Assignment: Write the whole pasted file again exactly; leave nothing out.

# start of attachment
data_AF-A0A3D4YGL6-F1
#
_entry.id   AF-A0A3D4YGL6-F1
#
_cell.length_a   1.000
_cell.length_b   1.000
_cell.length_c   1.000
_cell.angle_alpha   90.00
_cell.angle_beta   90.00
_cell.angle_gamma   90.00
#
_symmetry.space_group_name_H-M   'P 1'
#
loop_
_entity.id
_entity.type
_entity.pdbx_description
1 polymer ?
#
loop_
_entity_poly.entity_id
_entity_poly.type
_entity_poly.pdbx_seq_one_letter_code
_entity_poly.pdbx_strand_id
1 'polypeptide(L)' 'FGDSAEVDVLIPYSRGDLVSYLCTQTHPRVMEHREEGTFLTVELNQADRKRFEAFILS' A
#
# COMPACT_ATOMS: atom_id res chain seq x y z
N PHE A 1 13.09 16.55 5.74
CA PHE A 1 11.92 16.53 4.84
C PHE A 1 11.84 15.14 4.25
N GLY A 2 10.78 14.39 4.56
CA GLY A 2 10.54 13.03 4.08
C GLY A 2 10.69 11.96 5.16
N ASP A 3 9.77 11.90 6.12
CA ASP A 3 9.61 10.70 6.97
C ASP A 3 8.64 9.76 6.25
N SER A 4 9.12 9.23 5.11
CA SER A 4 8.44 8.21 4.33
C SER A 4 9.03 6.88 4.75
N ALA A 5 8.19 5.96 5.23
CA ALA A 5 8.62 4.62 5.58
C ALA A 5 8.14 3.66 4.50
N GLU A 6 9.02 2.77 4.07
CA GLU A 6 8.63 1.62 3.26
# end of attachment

data_AF-A0A3D4YGL6-F1
#
_entry.id   AF-A0A3D4YGL6-F1
#
_cell.length_a   1.000
_cell.length_b   1.000
_cell.length_c   1.000
_cell.angle_alpha   90.00
_cell.angle_beta   90.00
_cell.angle_gamma   90.00
#
_symmetry.space_group_name_H-M   'P 1'
#
loop_
_entity.id
_entity.type
_entity.pdbx_description
1 polymer ?
#
loop_
_entity_poly.entity_id
_entity_poly.type
_entity_poly.pdbx_seq_one_letter_code
_entity_poly.pdbx_strand_id
1 'polypeptide(L)' 'FGDSAEVDVLIPYSRGDLVSYLCTQTHPRVMEHREEGTFLTVELNQADRKRFEAFILS' A
#
# COMPACT_ATOMS: atom_id res chain seq x y z
N PHE A 1 13.09 16.55 5.74
CA PHE A 1 11.92 16.53 4.84
C PHE A 1 11.84 15.14 4.25
N GLY A 2 10.78 14.39 4.56
CA GLY A 2 10.54 13.03 4.08
C GLY A 2 10.69 11.96 5.16
N ASP A 3 9.77 11.90 6.12
CA ASP A 3 9.61 10.70 6.97
C ASP A 3 8.64 9.76 6.25
N SER A 4 9.12 9.23 5.11
CA SER A 4 8.44 8.21 4.33
C SER A 4 9.03 6.88 4.75
N ALA A 5 8.19 5.96 5.23
CA ALA A 5 8.62 4.62 5.58
C ALA A 5 8.14 3.66 4.50
N GLU A 6 9.02 2.77 4.07
CA GLU A 6 8.63 1.62 3.26